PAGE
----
As the war in Ukraine broke out last February, I suddenly felt the energetic pull of family history. My Ukrainian-Jewish grandparents had escaped murderous pogroms against Jews to come to a land where they could live freely. But they carried with them the trauma of growing up poor, persecuted and under constant threat of oppression. Looking closely at my grandparents’ story, I could see the ways that their fear had been passed down to my mother. While they never discussed stories of the “old country” or the dangers they escaped, my mother had learned this survival lesson: success meant fitting in.

I began seeing the ways in which I had inherited it, too. I grew up walking on eggshells, worried that my mother might sulk if I didn’t live up to her expectations. When my brother chose his own path, my mother renounced him. Meanwhile, I shaped my life to be the child who would make her proud.

In grappling with my own multi-generational trauma, I began asking myself, how do we examine these negative patterns and break them?


Change starts in the genes

With epigenetics, researchers can now determine how changes in DNA are passed down after traumatic events—meaning trauma can start long before conception or birth. If the mother-baby bond is broken and a mother is unable to care for her child, the ability of young children to attach securely to a caretaker suffers. It might lead to a lifetime of insecure relationships affecting emotional development. Chronic stress in-utero can also result in impaired physical health. Even cultural and social conditioning in infants and children can cause epigenetic changes similar to the traumatic effects of violence and scarcity.

There is some good news: with awareness and intention, these impacts can be reversed. Nurturing positive emotional qualities such as love, gratitude, and empathy can offer an antidote. There are therapeutic techniques that can help an individual work through generational trauma. This means that, literally, changing your story can change your life.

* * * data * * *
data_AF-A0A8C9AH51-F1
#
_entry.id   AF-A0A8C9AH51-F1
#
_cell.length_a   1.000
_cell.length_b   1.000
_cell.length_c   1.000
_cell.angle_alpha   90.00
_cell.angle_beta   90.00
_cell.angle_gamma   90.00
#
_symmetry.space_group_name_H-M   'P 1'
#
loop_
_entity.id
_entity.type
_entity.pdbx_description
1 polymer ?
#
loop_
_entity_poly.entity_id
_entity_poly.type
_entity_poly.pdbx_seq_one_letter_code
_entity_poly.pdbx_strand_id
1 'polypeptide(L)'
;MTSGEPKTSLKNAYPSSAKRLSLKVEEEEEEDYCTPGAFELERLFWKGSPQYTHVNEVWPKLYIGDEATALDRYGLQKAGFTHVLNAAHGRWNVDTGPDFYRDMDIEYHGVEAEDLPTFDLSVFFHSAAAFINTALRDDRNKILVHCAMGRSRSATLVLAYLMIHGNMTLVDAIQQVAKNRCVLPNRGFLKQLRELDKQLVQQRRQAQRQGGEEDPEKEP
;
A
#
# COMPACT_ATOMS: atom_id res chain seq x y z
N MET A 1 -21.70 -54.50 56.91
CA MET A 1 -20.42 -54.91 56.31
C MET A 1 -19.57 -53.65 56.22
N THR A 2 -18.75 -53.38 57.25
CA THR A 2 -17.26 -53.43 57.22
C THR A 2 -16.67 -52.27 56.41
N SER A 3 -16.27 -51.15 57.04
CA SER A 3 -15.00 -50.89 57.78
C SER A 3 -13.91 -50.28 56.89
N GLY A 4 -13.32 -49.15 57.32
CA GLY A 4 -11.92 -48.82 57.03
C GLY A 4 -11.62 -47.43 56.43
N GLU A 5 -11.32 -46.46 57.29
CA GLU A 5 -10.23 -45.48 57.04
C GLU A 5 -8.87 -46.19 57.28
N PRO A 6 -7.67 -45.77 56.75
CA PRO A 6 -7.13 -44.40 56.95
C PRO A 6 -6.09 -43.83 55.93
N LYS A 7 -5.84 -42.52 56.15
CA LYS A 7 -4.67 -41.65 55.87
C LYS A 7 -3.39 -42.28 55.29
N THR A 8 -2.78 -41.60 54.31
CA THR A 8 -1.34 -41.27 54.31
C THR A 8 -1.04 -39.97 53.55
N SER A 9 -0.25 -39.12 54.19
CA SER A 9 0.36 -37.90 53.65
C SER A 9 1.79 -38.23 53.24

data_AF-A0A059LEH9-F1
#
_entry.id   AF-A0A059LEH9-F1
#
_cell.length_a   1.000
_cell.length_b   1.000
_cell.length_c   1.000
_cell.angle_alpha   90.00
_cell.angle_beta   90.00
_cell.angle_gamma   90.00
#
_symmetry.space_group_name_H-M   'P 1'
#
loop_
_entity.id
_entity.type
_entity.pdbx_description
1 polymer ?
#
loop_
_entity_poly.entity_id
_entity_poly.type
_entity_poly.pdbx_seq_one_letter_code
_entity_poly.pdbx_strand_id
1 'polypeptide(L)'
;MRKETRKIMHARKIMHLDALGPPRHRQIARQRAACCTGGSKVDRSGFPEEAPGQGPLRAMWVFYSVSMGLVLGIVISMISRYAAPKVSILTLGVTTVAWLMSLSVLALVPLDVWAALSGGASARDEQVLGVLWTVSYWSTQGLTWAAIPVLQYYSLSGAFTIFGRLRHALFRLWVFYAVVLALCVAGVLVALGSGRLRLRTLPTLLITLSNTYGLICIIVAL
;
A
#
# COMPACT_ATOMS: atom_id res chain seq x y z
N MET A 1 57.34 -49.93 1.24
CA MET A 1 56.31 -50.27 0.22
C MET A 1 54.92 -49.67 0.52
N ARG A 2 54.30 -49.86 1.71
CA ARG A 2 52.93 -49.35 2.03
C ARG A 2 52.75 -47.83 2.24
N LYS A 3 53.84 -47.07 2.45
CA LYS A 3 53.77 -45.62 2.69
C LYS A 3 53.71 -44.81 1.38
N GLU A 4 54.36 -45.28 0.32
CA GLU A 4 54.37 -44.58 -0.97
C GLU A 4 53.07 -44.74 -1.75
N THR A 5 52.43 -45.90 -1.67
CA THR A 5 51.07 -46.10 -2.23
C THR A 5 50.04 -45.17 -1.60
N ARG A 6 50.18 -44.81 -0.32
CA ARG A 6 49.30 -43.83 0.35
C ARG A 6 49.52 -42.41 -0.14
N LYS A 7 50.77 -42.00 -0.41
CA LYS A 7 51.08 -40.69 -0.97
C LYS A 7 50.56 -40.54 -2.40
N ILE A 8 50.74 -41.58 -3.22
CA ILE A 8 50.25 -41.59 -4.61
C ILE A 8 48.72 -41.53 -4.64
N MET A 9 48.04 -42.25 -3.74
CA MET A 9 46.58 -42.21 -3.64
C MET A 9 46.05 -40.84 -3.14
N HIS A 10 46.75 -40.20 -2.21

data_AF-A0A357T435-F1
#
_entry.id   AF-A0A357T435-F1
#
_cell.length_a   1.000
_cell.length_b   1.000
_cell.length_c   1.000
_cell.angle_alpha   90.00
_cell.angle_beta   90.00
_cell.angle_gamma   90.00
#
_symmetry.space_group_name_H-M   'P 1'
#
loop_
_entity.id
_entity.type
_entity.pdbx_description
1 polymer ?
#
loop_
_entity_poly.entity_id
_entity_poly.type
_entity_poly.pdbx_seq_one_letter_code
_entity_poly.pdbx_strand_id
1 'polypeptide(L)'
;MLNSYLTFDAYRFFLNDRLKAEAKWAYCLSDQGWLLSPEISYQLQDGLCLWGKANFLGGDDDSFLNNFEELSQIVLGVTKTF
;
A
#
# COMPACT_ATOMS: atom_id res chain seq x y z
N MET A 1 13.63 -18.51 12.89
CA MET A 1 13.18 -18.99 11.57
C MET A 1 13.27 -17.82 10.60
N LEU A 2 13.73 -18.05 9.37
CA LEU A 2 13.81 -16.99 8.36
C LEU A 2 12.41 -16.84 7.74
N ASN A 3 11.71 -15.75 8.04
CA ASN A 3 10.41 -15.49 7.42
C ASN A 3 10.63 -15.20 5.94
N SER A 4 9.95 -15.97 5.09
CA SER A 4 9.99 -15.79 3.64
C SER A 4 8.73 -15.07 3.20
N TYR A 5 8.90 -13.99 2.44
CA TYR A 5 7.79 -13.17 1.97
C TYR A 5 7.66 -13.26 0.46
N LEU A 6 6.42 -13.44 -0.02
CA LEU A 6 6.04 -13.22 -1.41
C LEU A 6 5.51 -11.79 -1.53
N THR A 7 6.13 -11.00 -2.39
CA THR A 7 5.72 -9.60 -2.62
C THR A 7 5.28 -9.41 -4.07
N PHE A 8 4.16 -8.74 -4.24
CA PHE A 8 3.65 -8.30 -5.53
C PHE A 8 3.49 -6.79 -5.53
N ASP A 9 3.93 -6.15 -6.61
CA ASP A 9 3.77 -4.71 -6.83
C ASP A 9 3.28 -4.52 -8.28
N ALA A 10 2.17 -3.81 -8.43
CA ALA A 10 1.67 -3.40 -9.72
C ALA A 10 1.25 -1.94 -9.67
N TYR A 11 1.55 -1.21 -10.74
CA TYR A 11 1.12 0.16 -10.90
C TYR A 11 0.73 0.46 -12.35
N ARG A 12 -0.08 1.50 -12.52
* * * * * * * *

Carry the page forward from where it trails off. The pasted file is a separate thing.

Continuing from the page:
Being aware of the problem is among the first steps to healing; to change your story, you must first know your story.


Re-storying: Healing the past to get to a healthier future

As we see trauma and violence playing out on a global scale and the damaging patterns of generational conflict, these same stories are reflected in popular culture. Social media is abuzz with #generationaltrauma stories. Tracing the family tree through Ancestry, or oral history programs like Story Corps, give us new ways to find and share family stories.

These are great tools to raise awareness. Family stories help us learn about where we come from, how we see ourselves in the world, and how these views may not serve us in healthy ways. They also offer an opportunity: family, friends and members of our communities may share insights and information—and perspectives—that we haven’t considered.

Checking in with others can give us new insights on old stories. Storytelling, or what I’ll call “re-storying”, can be a creative way to challenge how generational trauma affects us—or offers an opportunity to see things in a new light—a step towards healing.

It’s up to each of us to take that first step. A growing acceptance to speak out about generational trauma—on screen, in families and in community—can lead to new conversations about the ways that history impacts us today. Once we understand how the past shows up in our lives, we must change our stories to undo the patterns we’ve learned.


Five keys to breaking the pattern:

  1. Change your own story.How has your own story been impacted by the traumas of your family’s past? Identify the patterns that show up in your life.
  2. Broaden your perspective.Once you see how you’ve been conditioned to act or respond based on your family history, you might ask yourself: is this behavior working for me in the present? Is that story still true for me today?
  3. Reflect on their stories.If you have living parents and grandparents, talk to them about their childhood. Poverty, war, abuse and addiction may have made their lives unsafe. What factors impacted them?

Conversely, if there’s no one in the family you can talk to, dig into history. Are there family albums to look at? Oral histories from community members? Public records that could help you understand the culture of the time and place they grew up in?

  1. Embody empathy.Don’t blame them. Consider how you would have acted in their situations and how their woundedness might have contributed to their actions.
  2. Speak your truth with kindness.If you choose to share what you’re learning as a new story with others in the family, do it in a way that doesn’t villainize or shame. Recognize everyone was doing the best they could with the information they had at the time.

Armed with information, insights and understanding, you may be the one to break the family cycle and begin a new story of healing—leaving not pain, but love in its wake.


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